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Posted: Dec 21, 2012
Researchers develop a magnetic nano-oscillator driven by pure spin current
(Nanowerk News) Data transmission with unprecedented high speed and electronic miniature components – these are visions of the future for scientists in the field of "Spintronics". Physicists of Münster University have taken a small step on the long way towards realizing these aims. They have developed a new source of electromagnetic radiation in the microwave frequency range. Such electromagnetic radiation is usually used for radio broadcasting and mobile phones.
The new radiation source no longer requires electrical charge transfer, but is driven by magnetic spin current. Due to its extremely small size (less than a millionth of a millimetre) and its easily shifted frequency range, such components could, for example, be used for miniature mobile phones in the future. Since there is no electric current flowing through the source of radiation, problems such as overheating and material degradation, which otherwise may occur in electrical devices, are no longer relevant.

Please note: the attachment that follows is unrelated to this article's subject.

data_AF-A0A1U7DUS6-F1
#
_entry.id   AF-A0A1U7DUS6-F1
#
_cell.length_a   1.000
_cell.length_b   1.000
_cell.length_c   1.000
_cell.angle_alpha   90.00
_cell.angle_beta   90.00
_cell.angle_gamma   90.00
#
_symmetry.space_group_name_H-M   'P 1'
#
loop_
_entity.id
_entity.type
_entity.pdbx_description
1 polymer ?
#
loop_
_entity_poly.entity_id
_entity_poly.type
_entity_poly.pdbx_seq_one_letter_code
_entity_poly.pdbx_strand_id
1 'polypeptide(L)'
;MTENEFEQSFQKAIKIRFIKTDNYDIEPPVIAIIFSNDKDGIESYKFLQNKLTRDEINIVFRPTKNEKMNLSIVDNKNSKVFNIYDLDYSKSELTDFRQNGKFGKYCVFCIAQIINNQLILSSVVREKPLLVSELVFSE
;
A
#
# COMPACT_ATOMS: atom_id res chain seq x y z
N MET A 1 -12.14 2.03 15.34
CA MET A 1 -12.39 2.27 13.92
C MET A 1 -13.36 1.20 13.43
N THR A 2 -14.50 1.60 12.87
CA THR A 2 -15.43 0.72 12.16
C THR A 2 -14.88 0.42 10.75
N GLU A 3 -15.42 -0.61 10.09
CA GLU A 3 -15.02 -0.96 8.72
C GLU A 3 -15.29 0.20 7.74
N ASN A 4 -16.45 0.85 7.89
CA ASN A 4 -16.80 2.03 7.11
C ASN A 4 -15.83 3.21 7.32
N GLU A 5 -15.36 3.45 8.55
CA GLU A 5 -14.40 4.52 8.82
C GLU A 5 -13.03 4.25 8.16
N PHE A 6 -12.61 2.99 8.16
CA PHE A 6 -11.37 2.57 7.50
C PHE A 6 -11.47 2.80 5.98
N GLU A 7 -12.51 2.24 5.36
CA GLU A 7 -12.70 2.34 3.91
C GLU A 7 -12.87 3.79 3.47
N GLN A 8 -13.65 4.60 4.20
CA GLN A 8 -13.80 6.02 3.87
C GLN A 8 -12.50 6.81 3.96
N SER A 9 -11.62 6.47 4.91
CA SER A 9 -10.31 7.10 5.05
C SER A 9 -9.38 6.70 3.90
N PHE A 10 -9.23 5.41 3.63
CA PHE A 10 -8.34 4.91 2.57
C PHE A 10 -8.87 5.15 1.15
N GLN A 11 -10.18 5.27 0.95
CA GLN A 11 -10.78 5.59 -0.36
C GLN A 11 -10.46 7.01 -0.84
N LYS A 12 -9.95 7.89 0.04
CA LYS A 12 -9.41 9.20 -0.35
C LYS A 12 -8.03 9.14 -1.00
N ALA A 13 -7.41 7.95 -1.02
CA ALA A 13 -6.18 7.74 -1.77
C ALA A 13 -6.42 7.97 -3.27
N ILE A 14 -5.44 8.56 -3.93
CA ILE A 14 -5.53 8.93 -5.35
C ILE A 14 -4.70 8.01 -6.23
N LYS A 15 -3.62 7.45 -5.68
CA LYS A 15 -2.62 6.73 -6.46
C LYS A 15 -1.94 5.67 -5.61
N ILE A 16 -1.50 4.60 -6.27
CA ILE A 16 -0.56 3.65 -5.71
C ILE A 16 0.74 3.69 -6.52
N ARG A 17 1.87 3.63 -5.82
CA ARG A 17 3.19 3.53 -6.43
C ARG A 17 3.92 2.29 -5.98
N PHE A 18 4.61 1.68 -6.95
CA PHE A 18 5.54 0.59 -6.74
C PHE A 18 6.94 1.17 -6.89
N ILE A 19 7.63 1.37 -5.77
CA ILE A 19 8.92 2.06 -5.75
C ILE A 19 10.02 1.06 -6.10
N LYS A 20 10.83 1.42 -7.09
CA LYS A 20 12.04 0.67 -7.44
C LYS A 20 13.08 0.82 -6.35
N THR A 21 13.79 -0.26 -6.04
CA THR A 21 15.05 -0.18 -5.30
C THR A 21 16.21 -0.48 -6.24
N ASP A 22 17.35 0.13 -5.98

Electron spin is a quantum-mechanical quantity which describes the "magnetic moment" of electrons, i.e. a kind of rotation with a corresponding angular momentum. While electric currents are used in everyday electronic devices, spin currents form the basis for Spintronics. In a spintronic system, spin currents facilitate fast transfer, processing and storage of data. Thus, according to the scientists' vision, the quantum computer, which will surpass today's most powerful supercomputers by far, could one day become a reality.
The widespread application of spin currents is a dream of the future. However, scientists have already experimented with pure spin currents in order to suppress electronic noise caused by thermal fluctuations in magnetic nanocomponents, or to amplify propagating magnetization waves. The team from Münster is the first to have created a generator emitting electromagnetic waves independently by spin currents.
"With our study, we are setting a new course for the application of nanoscale microwave sources for electronic devices of generations to come," stresses Prof. Sergej Demokritov from the Institute of Applied Physics, a leading member of the research group.